The crystal structure of TPST-PAP and TPST-PAP-substrate complexes have been solved and published in the Protein Data Bank (PDB, PDB No.: 3AP1, 3AP3) [47]. This structure provides basic information for structure/function relationship studies. Little research regarding the mechanisms of TPST has been reported. However, comparison among the structures of TPST and cytosolic sulfotransferases reveals some of their similarities in biochemical properties. Structurally, both types of sulfotransferases comprise a single α/β fold with a four- or five-stranded parallel sheet surrounded by helices [45,128]. Both the amino acid sequence and the structure of PAPS binding site are conserved for TPST and cytosolic sulfotransferase [47]. Thus, it is expected that tightly bound PAP and its inhibitory property to TPST is similar to those of cytosolic sulfotransferases [36,129,130]. In general, TPST1 and TPST2 exhibit similar activity with some variations. The kinetic constants and catalytic mechanism of TPST2 were investigated by MS [36]. The results suggest a two-site Ping-Pong model for TPST2 action, which indicates that the enzyme allows independent binding of substrates to two distinct sites. This mechanism model involves the formation of a sulfated enzyme covalent intermediate (sulfohistidine), but the intermediate has not been found [36]. Variations between TPST1 and TPST2 have been observed [56]. Human TPST displayed acidic pH optima at pH 6.5 and 6.0 for TPST1 and TPST2, respectively. They also varied in Mn2+ stimulatory effect. As shown in Table 4, Km and Vmax can be significantly different between those of TPST1 and TPST2 implying their differential substrate specificity and may have complementary functions in physiological conditions.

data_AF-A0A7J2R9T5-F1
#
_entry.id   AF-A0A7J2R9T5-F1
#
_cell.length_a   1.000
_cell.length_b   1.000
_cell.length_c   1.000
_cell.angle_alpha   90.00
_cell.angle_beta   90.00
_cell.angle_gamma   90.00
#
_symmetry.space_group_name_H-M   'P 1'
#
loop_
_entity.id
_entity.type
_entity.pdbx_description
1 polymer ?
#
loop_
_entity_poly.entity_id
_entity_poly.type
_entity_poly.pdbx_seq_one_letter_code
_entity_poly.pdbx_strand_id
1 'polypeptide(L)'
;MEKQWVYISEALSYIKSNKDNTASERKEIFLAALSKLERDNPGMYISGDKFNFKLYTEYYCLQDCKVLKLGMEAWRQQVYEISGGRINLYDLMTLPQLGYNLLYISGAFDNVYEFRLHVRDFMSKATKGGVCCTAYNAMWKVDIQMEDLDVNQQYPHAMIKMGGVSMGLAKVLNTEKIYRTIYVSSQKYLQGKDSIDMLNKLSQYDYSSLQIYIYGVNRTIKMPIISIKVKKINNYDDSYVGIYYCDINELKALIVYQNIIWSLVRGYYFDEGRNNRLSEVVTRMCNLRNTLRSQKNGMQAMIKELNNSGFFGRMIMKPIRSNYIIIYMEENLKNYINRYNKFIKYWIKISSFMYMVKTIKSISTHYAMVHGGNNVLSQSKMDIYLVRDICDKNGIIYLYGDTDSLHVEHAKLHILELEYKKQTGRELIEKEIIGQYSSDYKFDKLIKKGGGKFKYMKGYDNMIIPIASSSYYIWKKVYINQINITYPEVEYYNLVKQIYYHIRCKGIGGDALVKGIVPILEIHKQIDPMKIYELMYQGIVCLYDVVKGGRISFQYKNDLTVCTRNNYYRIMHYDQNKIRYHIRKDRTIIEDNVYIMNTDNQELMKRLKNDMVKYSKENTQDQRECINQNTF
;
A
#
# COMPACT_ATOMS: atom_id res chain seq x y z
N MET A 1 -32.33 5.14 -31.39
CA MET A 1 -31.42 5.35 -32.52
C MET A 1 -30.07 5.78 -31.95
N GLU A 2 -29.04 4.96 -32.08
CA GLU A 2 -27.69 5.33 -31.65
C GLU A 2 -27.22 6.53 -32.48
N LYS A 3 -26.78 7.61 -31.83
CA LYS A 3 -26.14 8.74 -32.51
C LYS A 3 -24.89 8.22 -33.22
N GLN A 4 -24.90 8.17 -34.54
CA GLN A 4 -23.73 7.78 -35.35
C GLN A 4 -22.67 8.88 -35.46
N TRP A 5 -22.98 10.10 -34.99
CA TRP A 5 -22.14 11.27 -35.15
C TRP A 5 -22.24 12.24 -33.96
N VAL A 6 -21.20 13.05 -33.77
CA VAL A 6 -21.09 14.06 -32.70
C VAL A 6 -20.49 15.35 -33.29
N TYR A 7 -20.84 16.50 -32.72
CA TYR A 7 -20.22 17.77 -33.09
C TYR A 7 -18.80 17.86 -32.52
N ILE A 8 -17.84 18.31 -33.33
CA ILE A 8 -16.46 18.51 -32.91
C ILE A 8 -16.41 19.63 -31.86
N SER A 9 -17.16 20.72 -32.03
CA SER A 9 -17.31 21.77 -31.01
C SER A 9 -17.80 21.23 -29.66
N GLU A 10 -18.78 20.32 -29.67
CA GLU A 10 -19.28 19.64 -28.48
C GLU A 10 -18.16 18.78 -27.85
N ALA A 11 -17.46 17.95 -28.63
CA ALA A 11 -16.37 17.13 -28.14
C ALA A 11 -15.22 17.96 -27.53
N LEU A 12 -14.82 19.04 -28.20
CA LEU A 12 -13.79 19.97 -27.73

4.2.2. The Role of Surrounding Amino Acids on Sulfated Tyrosine Residues